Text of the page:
Hearing this made me feel as though nobody understood or cared what I was going through, and as if they thought me struggling to eat certain things was pathetic. I was terrified of food and I absolutely believed it was going to harm me or make me 'fat' – Katie
"You look well"
I really did find it hard when I was struggling with recovery – people just assumed because I physically looked better I was mentally fine. I think it's important that people move away from looking at eating disorders as weight disorders, and remember that what they see on the outside is not the best reflection of what's happening inside. – Joss
“But I’ve seen you eat!"
I could never starve myself for days on end, but I did restrict my food intake very heavily. Just because you’ve seen someone eat doesn’t mean that they don’t have anorexia. – Dave
“You’re eating more, that means you’re better!”
Anorexia manipulated me into believing I was unworthy of happiness and of life itself. I had no quality of life, I was existing merely to satisfy the irrational voices in my head. I was no longer allowed to do anything I had previously enjoyed. I spent hours crying because the pain was too much for me. I felt like a constant burden. Fighting against that and learning that I was worthy of food is the hardest thing I have ever done. The more I ate, the more anorexia fought, as though it could feel it was losing its hold over me. The thoughts were still there every minute of the day, I didn’t start feeling 'better' until I started smiling, laughing and enjoying a life free from the shackles of anorexia once more. – Abigail
"You're looking much healthier"
It was a constant reminder that whilst I was getting better from my eating disorder, I was also gaining weight; which is the thing that terrified me the most. I didn't want to know that it was visible, because to me, that meant I was getting fatter, rather than I was looking healthier in general. It then made eating more difficult. – Katie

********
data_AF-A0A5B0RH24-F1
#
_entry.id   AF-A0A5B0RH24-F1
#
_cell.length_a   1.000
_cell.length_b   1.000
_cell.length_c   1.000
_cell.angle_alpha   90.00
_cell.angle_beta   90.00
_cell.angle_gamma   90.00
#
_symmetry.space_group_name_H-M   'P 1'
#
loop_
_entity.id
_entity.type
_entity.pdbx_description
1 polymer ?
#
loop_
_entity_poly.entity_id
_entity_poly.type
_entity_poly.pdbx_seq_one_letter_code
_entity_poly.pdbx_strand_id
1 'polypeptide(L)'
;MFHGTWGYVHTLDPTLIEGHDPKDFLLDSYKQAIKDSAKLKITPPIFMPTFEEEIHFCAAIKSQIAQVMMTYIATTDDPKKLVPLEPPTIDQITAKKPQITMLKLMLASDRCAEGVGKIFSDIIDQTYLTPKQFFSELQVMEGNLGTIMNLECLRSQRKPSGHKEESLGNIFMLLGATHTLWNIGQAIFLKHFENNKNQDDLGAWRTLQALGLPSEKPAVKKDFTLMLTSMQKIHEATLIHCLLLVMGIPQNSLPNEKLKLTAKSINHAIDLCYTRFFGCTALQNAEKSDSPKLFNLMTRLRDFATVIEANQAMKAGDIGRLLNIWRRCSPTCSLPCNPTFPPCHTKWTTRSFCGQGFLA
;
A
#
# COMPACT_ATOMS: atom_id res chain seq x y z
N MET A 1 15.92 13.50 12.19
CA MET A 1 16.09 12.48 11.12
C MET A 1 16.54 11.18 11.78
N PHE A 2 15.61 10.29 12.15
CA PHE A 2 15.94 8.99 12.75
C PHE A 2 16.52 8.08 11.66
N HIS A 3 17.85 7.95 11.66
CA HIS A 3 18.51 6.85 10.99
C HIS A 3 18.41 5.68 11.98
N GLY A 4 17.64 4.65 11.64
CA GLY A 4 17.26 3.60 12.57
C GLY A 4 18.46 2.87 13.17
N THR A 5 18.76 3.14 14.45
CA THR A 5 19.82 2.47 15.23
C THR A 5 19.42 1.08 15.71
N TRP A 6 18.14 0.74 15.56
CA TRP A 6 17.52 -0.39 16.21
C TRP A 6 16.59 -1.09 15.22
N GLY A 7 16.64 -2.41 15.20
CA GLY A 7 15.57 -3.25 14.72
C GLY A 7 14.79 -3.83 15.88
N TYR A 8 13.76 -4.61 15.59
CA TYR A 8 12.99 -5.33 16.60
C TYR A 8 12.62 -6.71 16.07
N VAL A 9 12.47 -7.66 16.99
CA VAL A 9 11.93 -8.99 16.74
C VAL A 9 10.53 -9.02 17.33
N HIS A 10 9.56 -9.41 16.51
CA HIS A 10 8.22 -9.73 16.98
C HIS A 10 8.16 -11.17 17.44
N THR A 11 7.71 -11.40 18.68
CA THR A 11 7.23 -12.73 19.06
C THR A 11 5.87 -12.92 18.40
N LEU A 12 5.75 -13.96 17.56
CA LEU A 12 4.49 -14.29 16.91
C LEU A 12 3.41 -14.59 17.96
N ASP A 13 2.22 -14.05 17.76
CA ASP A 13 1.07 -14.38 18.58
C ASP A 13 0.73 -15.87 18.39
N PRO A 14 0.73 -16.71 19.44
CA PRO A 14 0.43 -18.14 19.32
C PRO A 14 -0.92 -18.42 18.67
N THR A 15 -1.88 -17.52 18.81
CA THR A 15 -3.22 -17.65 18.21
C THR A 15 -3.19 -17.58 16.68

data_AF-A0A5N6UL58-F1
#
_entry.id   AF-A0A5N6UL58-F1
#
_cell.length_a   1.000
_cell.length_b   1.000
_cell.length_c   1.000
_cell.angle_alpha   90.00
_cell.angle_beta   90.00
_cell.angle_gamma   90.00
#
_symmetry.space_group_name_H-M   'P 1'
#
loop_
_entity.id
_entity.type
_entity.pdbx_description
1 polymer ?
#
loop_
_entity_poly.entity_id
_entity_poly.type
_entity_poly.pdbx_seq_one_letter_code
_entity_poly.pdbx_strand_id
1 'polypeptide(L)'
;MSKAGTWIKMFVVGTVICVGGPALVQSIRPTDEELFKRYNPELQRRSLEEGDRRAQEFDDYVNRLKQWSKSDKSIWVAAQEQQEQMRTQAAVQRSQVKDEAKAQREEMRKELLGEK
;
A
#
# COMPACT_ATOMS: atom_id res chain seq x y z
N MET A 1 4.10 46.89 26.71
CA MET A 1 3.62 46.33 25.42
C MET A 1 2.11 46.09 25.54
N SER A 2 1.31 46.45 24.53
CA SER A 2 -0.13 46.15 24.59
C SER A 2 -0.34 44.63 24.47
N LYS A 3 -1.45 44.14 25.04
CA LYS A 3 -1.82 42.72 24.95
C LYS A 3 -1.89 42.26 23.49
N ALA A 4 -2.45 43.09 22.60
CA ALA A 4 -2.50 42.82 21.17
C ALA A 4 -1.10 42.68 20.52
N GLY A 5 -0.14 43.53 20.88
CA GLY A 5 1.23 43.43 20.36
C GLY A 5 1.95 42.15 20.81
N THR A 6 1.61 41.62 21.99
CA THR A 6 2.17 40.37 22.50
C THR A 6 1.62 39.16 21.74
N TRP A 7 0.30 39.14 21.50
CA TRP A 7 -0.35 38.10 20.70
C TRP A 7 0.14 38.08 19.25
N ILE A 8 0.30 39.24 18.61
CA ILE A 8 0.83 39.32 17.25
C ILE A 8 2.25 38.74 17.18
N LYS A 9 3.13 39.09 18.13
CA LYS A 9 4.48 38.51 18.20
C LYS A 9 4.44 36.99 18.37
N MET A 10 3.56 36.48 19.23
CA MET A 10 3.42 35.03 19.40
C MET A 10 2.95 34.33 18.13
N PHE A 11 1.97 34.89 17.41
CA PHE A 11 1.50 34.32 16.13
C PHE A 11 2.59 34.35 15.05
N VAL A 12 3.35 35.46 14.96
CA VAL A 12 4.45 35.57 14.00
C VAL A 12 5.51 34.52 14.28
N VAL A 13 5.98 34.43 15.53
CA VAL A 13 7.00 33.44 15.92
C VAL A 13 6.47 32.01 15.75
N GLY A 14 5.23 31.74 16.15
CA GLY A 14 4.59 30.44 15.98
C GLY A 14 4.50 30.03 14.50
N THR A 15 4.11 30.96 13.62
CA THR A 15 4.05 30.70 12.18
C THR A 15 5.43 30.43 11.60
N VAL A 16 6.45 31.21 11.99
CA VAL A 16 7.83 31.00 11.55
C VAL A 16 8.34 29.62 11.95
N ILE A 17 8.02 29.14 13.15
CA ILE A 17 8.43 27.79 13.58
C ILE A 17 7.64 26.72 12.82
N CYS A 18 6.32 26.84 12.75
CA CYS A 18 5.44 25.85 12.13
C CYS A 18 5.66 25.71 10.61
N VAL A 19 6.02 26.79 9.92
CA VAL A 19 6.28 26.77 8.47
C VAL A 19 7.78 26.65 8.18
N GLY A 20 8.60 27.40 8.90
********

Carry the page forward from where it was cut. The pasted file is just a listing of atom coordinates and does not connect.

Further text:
How to support somebody with an eating disorder
Beat, the UK's leading eating disorder charity, suggest the following if you're supporting a friend or family member with an eating disorder.
- Recognise that you are not to blame.
- Educate yourself about eating disorders where you can.
- Try not to back them into a corner or use language that could feel accusatory. “I wondered if you’d like to talk about how you’re feeling” is a gentler approach than “You need to get help”, for example.
- Ask how you can offer practical help – e.g. your loved one might want assistance with sticking to regular eating. Equally, they may say you can’t do anything to help, at which point it can be helpful to remind them that you can hear their distress and acknowledge how difficult things are. Stress that you are there if they need you.
- Avoid discussing weight, body image, food and diets in front of your loved one, and if you can, model a balanced relationship with your own food and exercise.
- When you have the conversation is important too. A good time to talk to someone who is unwell is outside of mealtimes, e.g. mid-afternoon or a few hours after dinner. Have the conversation when neither of you are feeling angry or upset.
*Name has been changed
Beat is the UK's leading charity dedicated to helping people with eating disorders. If you or someone you know is struggling and want to seek help, call their helpline on 0808 801 0677 or visit their website for more details.